South Dublin Libraries staff have found 12 known men from the current South Dublin County area who were killed in the various battles of the Somme campaign and their stories are illustrated here using contemporary documents and photographs. There may have been more who were recorded as having been from Dublin with no parish mentioned. More from the county area would have survived the Somme and went on to fight and die in further campaigns in the next two years. Still more would have survived the entire war and returned, traumatised, to a changed Ireland that would have been unrecognisable compared to the one they left.


There are trench maps on display showing the location of the men’s deaths, and the original War diaries which were written up by officers in charge and these detail the actions of the various “South Dubliners’” regiments in the day . Again the statistics for South Dublin reflect those of the country as a whole. The vast majority were killed in and around the village of Guillemont where the 16th Irish Division were involved in days of slaughter to take the heavily-defended villages of Guillemont and Ginchy.


Speaking at the launch, Mayor O’Connell said, “The South Dublin men commemorated here are a microcosm of the island of Ireland’s participation in the Great War. As with the participants in the 1916 Rising, all walks of life are represented here. We have a Trinity medical student, a quarry worker, some general and agricultural labourers, a Vicar’s son and the son of a Barrister-at-Law. The streets of the villages they left for the last time would look very familiar to us today.”

South Dublin County Council, through its library service, is delighted to host this exhibition as part of our Decade of Commemorations activities. It will run at the County Library, Tallaght until Wednesday 30th November 2016.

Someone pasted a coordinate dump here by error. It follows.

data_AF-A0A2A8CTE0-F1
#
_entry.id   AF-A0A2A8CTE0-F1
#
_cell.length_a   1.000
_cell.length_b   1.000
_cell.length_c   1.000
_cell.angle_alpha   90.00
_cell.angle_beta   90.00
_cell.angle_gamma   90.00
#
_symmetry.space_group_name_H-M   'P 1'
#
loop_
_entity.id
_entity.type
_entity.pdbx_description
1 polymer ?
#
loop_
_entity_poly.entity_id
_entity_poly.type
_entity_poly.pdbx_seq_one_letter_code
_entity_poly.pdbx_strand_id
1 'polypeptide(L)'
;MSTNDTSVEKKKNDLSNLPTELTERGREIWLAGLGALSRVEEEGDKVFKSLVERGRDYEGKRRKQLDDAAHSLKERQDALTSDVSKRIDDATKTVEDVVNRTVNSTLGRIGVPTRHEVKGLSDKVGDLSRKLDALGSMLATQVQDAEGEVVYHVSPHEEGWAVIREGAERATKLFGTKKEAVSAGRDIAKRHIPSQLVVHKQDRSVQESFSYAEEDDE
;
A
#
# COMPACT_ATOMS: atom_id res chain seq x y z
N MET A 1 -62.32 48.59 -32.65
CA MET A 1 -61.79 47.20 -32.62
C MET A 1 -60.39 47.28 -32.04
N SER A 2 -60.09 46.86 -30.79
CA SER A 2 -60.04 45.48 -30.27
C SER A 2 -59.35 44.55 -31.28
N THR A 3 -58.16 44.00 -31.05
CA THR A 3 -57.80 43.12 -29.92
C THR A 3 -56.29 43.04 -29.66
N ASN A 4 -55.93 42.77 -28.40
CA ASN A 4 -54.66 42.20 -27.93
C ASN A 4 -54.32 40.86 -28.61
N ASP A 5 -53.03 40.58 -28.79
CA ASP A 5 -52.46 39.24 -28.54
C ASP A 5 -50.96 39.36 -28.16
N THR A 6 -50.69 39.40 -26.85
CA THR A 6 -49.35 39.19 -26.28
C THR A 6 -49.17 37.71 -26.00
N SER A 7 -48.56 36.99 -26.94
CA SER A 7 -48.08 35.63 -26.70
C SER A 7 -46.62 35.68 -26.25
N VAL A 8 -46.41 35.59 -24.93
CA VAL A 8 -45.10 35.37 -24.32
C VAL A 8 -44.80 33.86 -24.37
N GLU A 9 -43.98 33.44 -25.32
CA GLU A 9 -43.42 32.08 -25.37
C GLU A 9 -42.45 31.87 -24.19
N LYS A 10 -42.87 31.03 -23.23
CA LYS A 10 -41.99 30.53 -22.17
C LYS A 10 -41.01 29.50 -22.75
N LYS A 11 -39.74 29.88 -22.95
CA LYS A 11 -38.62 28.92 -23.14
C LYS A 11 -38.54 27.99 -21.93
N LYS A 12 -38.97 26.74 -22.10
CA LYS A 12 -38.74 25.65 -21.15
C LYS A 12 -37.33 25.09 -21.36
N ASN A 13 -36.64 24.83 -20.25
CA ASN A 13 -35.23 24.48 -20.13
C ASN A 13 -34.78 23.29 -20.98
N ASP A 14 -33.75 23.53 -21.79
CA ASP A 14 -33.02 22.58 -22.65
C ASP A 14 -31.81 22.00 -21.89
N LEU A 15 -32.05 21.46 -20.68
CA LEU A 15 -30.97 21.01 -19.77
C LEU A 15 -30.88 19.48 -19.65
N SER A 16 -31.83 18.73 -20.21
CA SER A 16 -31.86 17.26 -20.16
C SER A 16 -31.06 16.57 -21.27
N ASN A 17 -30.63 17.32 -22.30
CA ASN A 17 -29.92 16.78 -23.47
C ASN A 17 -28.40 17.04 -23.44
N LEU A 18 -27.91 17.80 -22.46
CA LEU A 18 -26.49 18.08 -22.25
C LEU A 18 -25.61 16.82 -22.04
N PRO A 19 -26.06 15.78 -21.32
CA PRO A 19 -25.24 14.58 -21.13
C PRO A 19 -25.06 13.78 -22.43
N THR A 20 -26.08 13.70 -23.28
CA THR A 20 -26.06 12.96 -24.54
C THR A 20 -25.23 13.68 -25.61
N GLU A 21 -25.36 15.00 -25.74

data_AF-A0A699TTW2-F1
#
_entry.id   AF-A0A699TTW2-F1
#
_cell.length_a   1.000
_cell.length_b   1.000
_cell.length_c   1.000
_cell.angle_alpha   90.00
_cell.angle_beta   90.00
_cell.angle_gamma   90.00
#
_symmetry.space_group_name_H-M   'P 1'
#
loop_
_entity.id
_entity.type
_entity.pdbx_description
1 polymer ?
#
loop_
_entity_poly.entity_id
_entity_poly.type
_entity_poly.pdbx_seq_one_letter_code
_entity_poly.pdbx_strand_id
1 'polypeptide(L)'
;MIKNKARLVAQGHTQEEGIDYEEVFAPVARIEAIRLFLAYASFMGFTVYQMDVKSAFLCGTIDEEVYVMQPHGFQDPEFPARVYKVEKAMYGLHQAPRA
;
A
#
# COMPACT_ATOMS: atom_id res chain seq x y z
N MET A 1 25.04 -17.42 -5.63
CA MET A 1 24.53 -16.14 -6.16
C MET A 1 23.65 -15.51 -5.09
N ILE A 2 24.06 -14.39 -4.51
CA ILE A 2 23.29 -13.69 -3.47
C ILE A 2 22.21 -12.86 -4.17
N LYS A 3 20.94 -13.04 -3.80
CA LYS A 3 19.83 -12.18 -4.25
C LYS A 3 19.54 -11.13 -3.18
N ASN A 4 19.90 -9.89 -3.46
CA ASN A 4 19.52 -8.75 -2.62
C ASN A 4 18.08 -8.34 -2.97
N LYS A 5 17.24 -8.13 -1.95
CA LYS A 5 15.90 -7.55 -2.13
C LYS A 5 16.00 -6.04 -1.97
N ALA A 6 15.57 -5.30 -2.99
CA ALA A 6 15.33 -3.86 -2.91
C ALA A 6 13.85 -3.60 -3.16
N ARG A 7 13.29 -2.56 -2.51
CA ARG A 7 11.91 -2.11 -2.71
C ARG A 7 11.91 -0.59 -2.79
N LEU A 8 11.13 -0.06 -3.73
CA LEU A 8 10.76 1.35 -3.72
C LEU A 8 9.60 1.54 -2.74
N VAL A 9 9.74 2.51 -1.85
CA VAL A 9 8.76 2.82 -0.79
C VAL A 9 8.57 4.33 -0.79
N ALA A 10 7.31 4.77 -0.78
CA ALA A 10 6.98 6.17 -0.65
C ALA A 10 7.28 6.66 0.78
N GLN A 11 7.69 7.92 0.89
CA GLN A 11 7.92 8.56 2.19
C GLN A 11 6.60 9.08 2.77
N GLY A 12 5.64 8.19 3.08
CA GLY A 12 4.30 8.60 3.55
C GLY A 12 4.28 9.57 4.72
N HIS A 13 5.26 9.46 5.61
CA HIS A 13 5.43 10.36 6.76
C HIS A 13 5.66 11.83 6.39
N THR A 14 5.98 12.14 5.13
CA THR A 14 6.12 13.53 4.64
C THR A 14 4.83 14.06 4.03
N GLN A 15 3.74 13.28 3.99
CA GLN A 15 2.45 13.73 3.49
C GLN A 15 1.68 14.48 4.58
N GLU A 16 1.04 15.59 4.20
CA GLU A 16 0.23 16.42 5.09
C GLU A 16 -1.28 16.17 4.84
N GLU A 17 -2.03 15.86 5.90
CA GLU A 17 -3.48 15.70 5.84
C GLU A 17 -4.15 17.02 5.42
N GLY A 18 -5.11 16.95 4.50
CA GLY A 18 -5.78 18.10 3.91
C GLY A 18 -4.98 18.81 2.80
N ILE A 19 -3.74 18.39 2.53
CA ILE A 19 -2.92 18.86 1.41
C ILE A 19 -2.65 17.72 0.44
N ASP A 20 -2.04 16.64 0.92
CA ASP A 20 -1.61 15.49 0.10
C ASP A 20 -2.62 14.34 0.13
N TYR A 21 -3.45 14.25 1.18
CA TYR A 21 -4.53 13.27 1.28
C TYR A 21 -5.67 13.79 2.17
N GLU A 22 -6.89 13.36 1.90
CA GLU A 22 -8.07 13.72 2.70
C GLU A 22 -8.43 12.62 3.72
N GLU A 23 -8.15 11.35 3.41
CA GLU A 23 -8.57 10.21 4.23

We are very interested in finding additional names of those locals from South Dublin County who died at the Somme (between the 1st of July and the 18th of November 1916) and who we may have missed because they were listed on official records as having been from Dublin instead of the village from which they came.

If you can help, we would be delighted to hear from you. Please contact: localstudies@sdublincoco.ie

Dublin Fire Brigade and the 1916 Rising Exhibition


The Dublin Fire Brigade and the 1916 Rising Exhibition was launched by Mayor Guss O’Connell at the County Library, Tallaght yesterday evening. Founded in 1862, Dublin Fire Brigade is a Dublin institution in every sense of the word. In the 154 years since it was founded it has served and protected the people of Dublin and visitors to our city and county.


Deputy Chief Fire Officer Denis Keeley, Mayor Guss O’Connell and Las Fallon, Head of Heritage Projects, Dublin Fire Brigade.  

Dublin Fire Brigade has had many proud moments in its history and this exhibition brings one aspect of that history into particular focus: its role in the events of Easter 1916.

A small professional brigade under the command of Captain Thomas Purcell worked throughout the week of the Rebellion to save lives and property in a city which became a battlefield. In the immediate aftermath of the Rising they faced a city on the verge of destruction and went to work to stop the spread of the flames and bring the great fires under control.


Throughout this year Dublin Fire Brigade has played a major role in commemorative events, including the parade during the State Commemoration on Easter Sunday, honouring those who wore the Dublin Fire Brigade uniform in 1916.

Speaking at yesterday evening’s launch, Mayor O’Connell commented, “That small band of firefighters wrote a long forgotten page in the history of the events of 1916 and it gives me great pleasure to see their story brought to light in this exhibition and highlighted for a new generation.”


The launch was also attended by Deputy Chief Fire Officer Denis Keeley, and Las Fallon, Head of Heritage Projects with the Dublin Fire Brigade.

South Dublin County Council, through its library service, is delighted to host this exhibition as part of our 1916 centenary activities.

The exhibition runs at the County Library, Tallaght until 9th September 2016 (during library opening hours).

1916 Exhibition in the County Library

South Dublin Libraries’ Decade of Centenaries events continue with the launch of our 1916 exhibition.